Novel 6, Windfall


The sixth novel in my selection of 100 novels is Windfall by James Magnuson. I picked this novel up last week after hearing Magnuson, director of the Michener Center for Writers at the University of Texas, speak about the pros and cons of creative writing programs.

I enjoyed Magnuson’s talk a great deal, because I’ve been interested in returning to school to get an MFA. He dissolved some of the myths I’d believed about getting into such a program: An MFA doesn’t ensure a teaching job afterward (something I would like to do–teach creative writing); it doesn’t ensure publication or necessarily powerful contacts in the publishing/writing world.

But I believe it could improve writing. My writing at least. Magnuson talked about how good writing teachers can help a writer do things like see holes in his fiction, how to approach it and make a fix of it.

I did feel encouraged by the talk. Last year I applied and was rejected by the writing program at Texas State University-San Marcos (aka Southwest Texas State University). I was hurt by this rejection. Not only was I turned down by my alma mater, but I began to think of myself as an untalented hack. I took the rejection personally.

But Magnuson noted this stat: This year there are five slots open at the Michener Center; there are more than 500 applicants to the program. He said not to take rejection personally. Writing and rejection go hand in hand.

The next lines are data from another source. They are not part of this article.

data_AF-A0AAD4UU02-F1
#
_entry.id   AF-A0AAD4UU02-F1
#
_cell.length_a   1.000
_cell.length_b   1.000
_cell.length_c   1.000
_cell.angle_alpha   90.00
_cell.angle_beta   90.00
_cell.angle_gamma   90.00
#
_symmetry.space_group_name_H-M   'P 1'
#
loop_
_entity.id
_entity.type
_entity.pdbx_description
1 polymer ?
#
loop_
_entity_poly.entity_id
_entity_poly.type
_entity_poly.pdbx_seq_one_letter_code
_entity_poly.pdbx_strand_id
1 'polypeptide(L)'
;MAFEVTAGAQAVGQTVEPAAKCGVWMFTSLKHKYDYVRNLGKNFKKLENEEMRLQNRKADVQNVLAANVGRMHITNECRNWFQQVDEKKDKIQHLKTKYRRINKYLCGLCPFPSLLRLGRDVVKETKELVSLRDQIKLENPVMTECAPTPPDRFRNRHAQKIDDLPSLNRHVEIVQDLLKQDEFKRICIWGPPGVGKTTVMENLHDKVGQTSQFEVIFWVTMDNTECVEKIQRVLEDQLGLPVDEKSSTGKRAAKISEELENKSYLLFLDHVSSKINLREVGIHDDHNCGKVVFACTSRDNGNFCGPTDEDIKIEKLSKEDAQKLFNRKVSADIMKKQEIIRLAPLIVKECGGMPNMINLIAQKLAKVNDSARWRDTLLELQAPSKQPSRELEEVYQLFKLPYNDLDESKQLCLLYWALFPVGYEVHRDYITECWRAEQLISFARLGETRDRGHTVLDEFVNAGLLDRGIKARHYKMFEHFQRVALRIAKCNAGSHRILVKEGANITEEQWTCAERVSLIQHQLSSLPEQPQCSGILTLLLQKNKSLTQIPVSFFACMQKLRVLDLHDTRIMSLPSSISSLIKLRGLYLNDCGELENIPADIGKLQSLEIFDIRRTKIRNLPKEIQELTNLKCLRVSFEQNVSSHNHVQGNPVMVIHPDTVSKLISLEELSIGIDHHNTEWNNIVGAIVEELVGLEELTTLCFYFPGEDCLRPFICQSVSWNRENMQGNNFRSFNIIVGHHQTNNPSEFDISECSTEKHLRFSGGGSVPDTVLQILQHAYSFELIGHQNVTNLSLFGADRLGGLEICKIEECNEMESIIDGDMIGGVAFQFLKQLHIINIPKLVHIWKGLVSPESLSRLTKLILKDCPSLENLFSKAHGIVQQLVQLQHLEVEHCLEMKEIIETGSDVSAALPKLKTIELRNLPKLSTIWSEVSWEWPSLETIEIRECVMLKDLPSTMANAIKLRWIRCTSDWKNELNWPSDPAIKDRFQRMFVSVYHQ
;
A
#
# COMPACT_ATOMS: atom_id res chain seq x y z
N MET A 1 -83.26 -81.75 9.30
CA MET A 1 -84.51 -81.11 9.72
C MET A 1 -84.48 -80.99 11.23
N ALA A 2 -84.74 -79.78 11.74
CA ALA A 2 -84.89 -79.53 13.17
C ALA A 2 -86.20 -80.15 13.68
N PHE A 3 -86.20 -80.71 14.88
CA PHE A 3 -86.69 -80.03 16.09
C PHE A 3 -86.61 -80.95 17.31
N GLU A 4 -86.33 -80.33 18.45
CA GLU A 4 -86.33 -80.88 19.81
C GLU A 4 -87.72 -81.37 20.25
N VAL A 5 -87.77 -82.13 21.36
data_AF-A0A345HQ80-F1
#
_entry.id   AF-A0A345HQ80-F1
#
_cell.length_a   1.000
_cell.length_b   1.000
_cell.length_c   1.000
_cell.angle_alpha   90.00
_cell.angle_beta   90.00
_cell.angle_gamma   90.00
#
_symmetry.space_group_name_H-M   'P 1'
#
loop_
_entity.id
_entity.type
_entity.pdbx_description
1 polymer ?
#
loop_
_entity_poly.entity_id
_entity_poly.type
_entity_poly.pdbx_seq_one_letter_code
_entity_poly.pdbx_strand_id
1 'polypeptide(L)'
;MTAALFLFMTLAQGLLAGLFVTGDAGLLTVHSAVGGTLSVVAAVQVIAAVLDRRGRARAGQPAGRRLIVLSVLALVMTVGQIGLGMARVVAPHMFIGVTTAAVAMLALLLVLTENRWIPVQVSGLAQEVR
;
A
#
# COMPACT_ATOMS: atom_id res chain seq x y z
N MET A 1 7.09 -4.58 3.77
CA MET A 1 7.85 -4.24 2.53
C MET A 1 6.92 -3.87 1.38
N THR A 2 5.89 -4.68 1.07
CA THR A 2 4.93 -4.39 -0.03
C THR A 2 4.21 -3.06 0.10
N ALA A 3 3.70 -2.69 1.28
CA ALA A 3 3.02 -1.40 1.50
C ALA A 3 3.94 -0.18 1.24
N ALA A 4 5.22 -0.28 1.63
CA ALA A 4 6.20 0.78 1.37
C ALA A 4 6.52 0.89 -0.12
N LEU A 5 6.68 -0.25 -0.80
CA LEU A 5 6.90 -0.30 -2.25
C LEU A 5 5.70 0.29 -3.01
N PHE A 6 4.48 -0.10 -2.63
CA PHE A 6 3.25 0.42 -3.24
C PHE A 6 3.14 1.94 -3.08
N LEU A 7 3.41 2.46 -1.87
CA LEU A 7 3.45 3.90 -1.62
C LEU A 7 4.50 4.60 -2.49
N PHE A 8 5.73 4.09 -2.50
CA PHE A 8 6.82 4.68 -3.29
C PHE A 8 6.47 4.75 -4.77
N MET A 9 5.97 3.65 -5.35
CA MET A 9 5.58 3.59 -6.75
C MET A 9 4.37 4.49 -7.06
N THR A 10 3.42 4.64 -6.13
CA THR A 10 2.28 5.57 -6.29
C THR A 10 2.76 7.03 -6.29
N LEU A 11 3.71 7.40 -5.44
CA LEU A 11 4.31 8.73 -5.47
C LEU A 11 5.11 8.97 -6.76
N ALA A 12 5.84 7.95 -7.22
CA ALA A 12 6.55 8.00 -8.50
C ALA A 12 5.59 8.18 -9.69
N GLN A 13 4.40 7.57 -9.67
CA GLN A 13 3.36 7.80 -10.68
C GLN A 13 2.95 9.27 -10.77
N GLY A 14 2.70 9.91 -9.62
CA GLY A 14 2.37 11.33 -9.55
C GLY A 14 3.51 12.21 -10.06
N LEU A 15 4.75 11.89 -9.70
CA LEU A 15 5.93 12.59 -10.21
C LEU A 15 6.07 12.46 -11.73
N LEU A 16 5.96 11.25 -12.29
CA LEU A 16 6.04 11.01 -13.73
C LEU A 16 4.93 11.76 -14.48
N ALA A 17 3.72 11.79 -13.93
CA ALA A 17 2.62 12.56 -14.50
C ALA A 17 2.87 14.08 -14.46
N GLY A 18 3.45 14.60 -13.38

He also told an anecdote about a reading he went to. When the reading was over he went up to the writer to tell her how much he enjoyed the reading and how moving her writing was. She said, "But you rejected me."

So, I’ll keep trying. I may also look into low residency programs and into short workshops as well.

Anyhow, here is an Austin Chronicle piece on Magnuson and Windfall.

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One thought on “Novel 6, Windfall

  1. It’s interesting that Magnuson, who’s the overseerer for one of the best-funded literary plantations in the US, dips into much more mainstream material to bulwark his own novel. It’s all about finding an audience. Books like Atonement are beautiful, but they are often much like the current crop of Oscar nominees and winners — not on the radar of a majority of the public, and under-promoted by the publishers/producers.

    And so it goes: Writers labor to create the stories that might become movies, so the bigger share of the world can become their audience. Magnuson might be hoping that his book is closer to that bigger audience. Or perhaps he just recognizes that everybody is interested in a story which features a discovery of millions in unclaimed cash.

    In Writing Creative Nonfiction Beverly Lowrey has an essay titled, “Not the Killing But the Why.” She explains that news is what happened, but story is the why behind it. I’ve been turned away from the gates of Texas State’s MFA program too. It’s our option to create the same kind of community for writing among ourselves, as an alternative, so we can practice thinking and writing about the why of life’s lessons.

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